I imagine Neil Armstrong’s bio-suit was firing off all sorts of “oh shit, I’m gonna die” signals as his body tried to cope with the stress of having one eye out the window of the “LEM” (Lunar Exploration Module) and the other on a fuel tank that said, “Idiot: you should have gassed up at that old floating Gemini carcass in Earth orbit.”
Yesterday’s trip from Tucson across a landscape that constantly reminded Kyle of some “Star Wars” (Sand Dunes) or Narnia (Mountains made of giant boulders) began of course with my boy ordering the “All American” breakfast in-room at the hotel of baked Pringles and 4 sides of assorted chocolate candies. He had so much sugar in him for the trip, only a breakfast of peyote & eggs would have provided the same buzz for Dad. Sadly, the “Blue Willow” was all out of peyote, so I settled for turkey sausage with dual cackleberries, scrambled.
Unsurprisingly, my boy wasn’t hungry when we sat for breakfast, nor was he very energetic as we cruised slowly through the U of A campus. For most of that he was reclined, only poking his head up on occasion to satisfy the old man. That sugar comedown is a bitch. After scoring a $9.95 “Arizona Baseball” tee, we (and when I write “we” I mean “me”) were off to see a few of the old apartment complexes I lived over 30 years ago. They were all still there… Casa Royale, Casa Espana, and of course, Casa Del Oro which had been re-named to “Arizona Commons.” Renamed or not, the ghosts are still there.
I’ve got to say, while Priceline can occasionally zing you (hotel in Arroyo Grande, CA when “Pismo Beach Area” was selected is an example), it’s been great so far, and our sweet metallic blue 2009 Nissan Altima with under 5,000 miles for $27 a day is Exhibit A. At the counter, I specifically asked for an iPod friendly car and that’s what we got! Anyway, as we cruised along Interstate 8 munching organic fruit, trail mix and beef jerky, the dulcet tones of Jim Dale poured out of the tweeters and woofers reading us “Harry Potter and the Deathly Hallows.”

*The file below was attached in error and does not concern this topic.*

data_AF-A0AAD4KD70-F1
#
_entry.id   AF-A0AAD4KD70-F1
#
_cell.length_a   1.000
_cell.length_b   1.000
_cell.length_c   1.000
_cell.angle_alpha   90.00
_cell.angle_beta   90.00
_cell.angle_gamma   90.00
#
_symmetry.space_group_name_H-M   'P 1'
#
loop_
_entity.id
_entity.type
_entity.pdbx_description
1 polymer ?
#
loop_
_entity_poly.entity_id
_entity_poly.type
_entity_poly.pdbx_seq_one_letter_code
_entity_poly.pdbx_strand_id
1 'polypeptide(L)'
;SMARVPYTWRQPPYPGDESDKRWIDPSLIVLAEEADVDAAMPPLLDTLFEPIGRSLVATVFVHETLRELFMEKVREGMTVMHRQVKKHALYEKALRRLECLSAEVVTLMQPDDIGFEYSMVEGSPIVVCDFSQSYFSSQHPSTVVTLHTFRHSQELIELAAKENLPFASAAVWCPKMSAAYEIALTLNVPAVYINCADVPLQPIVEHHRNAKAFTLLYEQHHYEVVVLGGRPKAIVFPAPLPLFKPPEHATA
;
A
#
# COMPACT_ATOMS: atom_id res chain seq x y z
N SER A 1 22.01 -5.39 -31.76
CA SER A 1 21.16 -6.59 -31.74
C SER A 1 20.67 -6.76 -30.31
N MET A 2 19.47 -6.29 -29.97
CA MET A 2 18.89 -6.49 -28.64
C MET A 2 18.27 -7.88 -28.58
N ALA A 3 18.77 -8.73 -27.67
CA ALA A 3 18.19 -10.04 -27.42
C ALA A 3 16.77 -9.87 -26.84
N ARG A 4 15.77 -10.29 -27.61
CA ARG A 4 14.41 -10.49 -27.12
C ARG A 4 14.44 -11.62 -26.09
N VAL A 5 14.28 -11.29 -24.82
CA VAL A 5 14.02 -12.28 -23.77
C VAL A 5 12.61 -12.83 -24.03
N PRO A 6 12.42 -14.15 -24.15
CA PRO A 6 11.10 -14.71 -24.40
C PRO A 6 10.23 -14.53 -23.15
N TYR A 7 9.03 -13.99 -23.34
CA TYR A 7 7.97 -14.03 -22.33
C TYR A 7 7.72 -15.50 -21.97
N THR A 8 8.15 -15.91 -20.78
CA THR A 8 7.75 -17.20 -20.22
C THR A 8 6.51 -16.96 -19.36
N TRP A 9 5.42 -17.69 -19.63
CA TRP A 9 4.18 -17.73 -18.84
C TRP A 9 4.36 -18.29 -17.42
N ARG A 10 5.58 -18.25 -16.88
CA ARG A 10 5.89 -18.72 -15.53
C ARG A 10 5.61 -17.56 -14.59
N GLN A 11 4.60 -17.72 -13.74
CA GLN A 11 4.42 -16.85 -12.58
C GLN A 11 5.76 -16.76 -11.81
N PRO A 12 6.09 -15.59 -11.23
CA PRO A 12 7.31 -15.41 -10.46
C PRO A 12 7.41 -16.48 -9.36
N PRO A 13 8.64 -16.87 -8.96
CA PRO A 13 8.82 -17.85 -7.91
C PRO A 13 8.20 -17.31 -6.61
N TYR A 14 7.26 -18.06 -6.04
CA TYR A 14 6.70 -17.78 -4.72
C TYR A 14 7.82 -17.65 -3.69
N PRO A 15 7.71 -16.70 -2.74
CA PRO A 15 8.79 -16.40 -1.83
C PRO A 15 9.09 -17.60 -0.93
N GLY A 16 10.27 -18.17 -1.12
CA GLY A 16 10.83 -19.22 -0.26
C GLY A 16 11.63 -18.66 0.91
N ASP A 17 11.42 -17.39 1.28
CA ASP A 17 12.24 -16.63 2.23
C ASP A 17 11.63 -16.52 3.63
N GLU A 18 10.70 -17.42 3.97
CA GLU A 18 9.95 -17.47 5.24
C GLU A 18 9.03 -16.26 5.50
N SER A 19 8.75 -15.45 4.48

OK, so skipping gas in Yuma at under ½ tank wasn’t too bad, but breezing by El Centro like a dementor on a mission was in hindsight, stupid. As we approached yet another set of mountains, the gas light came on and indicated 60 miles left in the tank. By the time it was in the 30’s I was engineering siphoning plans. Someone would stop AND have a hose, right? “Ocotillo – 8 Miles” was some solace, but was there gas there? The mountains were looming and my stomach was churning. We were in a desolate area so close to Mexico, there are way more Border Patrol employees than inhabitants. Oh! “Trust your car to the man who wears the star! – Texaco!” I was never so happy to hand cash to a young Mexican man working for a giant multinational corporation.
From there it was an easy couple hours (and 2 Border Patrol stops) to our hotel on Mission Bay Boulevard and directly into the beverage. After a nice dip, we headed to a “Gringos,” a Mexican joint in Pacific Beach. About 30 seconds from the restaurant I realized I forgot my wallet… and I didn’t care.